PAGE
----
France ended up with only a “story by” credit in the 1995 James Bond movie after his script was worked over by Jeffrey Caine and Bruce Feirstein (credited with the screenplay) and Kevin Wade (who didn’t get a credit). It was France’s only contribution to the series but it was a key one. GoldenEye kick started the Bond franchise after a six-year hiatus and there were plenty of doubters at the time whether 007 could make a comeback. Still, of the GoldenEye writers, only Feirstein got invited back for an encore by Eon Productions.

You can read the entire Tampa Bay Times obituary by CLICKING HERE. You can also view stories by DEADLINE HOLLYWOOD and UPI.COM

1994: a 007’s screenwriter’s prescient plot

goldeneyeposter
Screenwriter Michael France was hired to script the 17th James Bond film, GoldenEye. His January 1994 FIRST DRAFT, would be worked over by other writers. But that original draft’s climatic sequence contained an idea that would, unfortunately, occur on Sept. 11, 2001: targeting the World Trade Center for an attack.

In France’s draft, the villain is Augustus Trevelyan, former head of MI6 who defected to the Soviet Union years ago. Bond has a personal reason for hating Trevelyan. In a flashback scene well into the script, Bond and two other 00-agents, believing Trevelyan to be captured, are on a mission to silence their chief. Bond passes up a chance to shoot Trevelyan and kills his guards instead. This turns out to be a trap and the other 00-agents are killed.

Trevelyan, described as being in his 60s, is retired from the KGB but has ambitious ideas hot to spend his golden years. As in the finished film, the McGuffin is a set of satellites that can be set off to create an electro-magnet pulse over a target. The project is called Tempest, rather than GoldenEye. On page 138 of the 157-page script, Trevelyan’s plot is revealed.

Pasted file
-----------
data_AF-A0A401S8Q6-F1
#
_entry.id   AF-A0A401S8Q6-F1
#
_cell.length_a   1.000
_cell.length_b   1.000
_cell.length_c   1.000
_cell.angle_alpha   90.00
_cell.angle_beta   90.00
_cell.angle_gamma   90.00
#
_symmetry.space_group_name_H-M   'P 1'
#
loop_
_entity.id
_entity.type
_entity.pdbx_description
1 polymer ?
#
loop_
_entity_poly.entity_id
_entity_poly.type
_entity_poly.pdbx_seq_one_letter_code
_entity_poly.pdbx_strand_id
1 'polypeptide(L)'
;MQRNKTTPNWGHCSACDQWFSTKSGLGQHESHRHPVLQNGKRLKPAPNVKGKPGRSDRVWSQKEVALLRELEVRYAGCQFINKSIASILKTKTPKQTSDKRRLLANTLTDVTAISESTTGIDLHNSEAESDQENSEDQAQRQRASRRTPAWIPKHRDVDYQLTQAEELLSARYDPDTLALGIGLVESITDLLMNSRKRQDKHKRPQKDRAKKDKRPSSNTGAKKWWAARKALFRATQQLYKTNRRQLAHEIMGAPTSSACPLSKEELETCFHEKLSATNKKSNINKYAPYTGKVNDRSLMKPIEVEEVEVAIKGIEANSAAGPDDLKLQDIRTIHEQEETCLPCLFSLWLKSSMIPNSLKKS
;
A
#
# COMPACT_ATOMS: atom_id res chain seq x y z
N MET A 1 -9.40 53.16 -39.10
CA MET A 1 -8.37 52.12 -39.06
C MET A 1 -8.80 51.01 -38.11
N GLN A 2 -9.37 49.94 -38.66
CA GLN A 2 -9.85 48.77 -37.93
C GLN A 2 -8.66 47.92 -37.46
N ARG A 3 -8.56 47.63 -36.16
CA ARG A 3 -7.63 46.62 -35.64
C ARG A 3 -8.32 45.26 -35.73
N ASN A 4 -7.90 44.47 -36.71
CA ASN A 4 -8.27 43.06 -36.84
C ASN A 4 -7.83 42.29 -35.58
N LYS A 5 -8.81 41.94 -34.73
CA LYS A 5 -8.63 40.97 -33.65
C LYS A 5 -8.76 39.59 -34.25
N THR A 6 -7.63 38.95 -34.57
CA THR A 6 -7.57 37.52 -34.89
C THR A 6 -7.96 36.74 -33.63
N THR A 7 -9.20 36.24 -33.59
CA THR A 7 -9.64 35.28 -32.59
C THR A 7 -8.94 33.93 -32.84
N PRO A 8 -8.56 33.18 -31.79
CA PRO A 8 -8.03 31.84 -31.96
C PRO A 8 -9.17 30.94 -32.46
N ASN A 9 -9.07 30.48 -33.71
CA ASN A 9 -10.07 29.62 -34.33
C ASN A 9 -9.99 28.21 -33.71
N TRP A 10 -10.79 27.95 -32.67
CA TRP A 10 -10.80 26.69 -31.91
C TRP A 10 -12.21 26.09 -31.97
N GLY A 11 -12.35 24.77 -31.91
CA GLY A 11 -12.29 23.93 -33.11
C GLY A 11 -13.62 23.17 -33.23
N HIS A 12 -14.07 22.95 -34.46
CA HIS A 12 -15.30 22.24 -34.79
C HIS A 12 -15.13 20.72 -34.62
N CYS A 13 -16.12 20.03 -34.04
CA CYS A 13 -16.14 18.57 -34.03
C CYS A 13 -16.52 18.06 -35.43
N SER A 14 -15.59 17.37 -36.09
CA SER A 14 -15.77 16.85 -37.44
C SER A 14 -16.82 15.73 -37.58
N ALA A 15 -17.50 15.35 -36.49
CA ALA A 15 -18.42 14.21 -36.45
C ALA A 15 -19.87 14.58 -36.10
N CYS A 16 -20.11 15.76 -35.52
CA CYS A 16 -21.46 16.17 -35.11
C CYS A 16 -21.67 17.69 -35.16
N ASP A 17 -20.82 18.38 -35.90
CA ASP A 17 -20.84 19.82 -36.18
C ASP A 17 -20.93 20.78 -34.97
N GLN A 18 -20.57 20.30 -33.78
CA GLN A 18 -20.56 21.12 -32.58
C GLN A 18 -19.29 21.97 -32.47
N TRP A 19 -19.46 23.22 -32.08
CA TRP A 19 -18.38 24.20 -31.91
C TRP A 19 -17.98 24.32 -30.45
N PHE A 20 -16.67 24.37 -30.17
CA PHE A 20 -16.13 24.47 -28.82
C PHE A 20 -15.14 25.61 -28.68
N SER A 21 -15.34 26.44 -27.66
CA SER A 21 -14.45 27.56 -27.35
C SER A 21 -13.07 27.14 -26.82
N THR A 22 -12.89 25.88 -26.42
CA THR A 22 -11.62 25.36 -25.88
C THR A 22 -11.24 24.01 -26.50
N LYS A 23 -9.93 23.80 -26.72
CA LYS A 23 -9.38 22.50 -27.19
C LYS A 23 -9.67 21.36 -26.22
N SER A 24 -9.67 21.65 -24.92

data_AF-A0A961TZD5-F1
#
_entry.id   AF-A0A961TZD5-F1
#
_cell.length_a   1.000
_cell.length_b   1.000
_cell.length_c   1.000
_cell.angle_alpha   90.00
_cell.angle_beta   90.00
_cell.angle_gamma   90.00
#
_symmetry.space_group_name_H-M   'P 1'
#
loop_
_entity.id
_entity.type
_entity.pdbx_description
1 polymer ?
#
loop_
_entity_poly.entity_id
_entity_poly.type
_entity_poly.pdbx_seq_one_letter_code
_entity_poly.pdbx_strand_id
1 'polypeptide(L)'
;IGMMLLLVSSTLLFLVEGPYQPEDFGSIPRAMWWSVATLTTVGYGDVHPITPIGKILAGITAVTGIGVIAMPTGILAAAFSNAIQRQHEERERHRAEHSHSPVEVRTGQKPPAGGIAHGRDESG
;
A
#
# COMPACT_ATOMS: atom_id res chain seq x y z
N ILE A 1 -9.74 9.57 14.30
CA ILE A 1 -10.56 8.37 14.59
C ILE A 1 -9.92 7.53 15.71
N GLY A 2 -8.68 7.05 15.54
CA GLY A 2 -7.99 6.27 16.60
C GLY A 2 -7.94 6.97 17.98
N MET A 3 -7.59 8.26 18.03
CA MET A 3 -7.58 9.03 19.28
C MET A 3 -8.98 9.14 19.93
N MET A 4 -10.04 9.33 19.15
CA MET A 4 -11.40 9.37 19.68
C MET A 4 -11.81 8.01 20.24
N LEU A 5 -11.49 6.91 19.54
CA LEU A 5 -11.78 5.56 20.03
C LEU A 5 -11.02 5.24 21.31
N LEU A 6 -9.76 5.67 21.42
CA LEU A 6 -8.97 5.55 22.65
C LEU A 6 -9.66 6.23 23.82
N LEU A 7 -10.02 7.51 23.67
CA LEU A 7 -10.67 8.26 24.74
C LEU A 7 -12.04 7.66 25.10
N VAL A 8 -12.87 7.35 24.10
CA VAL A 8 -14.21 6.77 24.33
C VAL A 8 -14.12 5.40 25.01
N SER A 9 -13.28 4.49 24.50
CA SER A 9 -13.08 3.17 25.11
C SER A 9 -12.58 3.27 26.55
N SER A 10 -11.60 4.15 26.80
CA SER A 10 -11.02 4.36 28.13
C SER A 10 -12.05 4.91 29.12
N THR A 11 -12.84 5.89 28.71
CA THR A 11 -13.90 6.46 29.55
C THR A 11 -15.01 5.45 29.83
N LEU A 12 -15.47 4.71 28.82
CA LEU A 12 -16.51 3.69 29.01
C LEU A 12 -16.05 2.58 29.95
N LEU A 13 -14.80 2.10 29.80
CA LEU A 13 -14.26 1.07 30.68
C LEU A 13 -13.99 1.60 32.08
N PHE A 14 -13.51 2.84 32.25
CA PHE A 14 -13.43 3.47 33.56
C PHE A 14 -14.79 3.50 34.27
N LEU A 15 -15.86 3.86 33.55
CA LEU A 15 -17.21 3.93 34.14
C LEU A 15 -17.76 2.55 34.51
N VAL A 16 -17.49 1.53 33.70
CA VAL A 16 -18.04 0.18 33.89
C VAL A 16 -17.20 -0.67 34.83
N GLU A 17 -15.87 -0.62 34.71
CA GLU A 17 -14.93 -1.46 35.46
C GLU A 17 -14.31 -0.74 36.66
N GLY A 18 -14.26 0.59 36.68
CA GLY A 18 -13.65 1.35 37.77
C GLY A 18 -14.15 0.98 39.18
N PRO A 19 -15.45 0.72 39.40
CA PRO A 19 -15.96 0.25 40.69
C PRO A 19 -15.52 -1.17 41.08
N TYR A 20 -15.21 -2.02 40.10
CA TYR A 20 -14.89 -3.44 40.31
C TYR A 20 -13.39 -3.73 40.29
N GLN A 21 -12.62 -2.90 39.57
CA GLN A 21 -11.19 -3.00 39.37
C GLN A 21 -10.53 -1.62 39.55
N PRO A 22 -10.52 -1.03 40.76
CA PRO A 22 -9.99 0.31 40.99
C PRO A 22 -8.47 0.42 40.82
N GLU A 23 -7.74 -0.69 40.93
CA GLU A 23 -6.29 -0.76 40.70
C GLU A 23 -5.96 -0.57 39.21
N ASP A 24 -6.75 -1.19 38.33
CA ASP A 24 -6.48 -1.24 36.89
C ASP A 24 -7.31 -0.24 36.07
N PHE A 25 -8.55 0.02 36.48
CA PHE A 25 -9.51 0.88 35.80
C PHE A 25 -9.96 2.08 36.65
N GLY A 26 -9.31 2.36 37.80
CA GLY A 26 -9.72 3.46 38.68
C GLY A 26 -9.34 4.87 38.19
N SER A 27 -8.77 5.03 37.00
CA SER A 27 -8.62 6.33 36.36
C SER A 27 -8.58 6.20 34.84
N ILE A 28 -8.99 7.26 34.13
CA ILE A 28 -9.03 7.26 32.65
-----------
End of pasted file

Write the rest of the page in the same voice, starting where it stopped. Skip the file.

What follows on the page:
“Credit is due, James — I’ve broken into the finance computer for the wire theft,” Trevelyan says. “The clearing house computer for overseas wire trasactions in the World Trade Center.” He then “modestly” adds: “I had one of my men in place as new security protocols were created after the unfortunate bombing there.”

That last line apparently refers to the February 1993 bombing at the World Trade Center that was intended to destroy the office complex. The 9/11 terrorist attacks in 2001 did bring down the towers, costing thousands of lives.

In the France script, Trevelyan intends to steal $600 billion or so, then use the Tempest to destroy all evidence of the crime and the computer itself.

“A matter of accounting,” Trevelyan tells Bond. “Six hundred billion dollars balanced against one million lives? Merely dust on the globe.”

That basic plot device was retained in the final film, but with many changes. The target ends up being London. Trevelyan’s first name was changed to Alec, he became much younger and his background was altered to be the former 006. In that version, credited by Jeffrey Caine and Bruce Feirstein, Trevelyan’s motivation is his parents were Russians who had helped the British in World War II but who were given up to the Soviets after the war.

Besides the eerie World Trade Center reference, there are other things of note in the France first draft. The writer actually uses two Ian Fleming characters that haven’t been seen in the 007 films: Loelia Ponsonby, Bond’s secretary, and Sir James Molony, here described as “consulting neurologist to the secret service.” France also brought back the character of KGB chief Pushkin from 1987’s The Living Daylights, a character created by Richard Maibaum and Michael G. Wilson.

France ultimately only got a “story by” credit for GoldenEye but many of his ideas, while altered, were incorporated in the movie. His female assassin was named Xenia Labyakova, rather than Onatopp. It’s also clear the writer has seen a lot of James Bond movies. France also wrote a scene where Trevelyan conducts a meeting of his associates, much like Blofeld’s meeting with SPECTRE operatives in Thunderball. Bruce Feirstein, one of the last writers to work on GoldenEye, did the same thing in his first draft for the next 007 film, Tomorrow Never Dies.

007 Fidelity Index: how close are the films to the books? Part III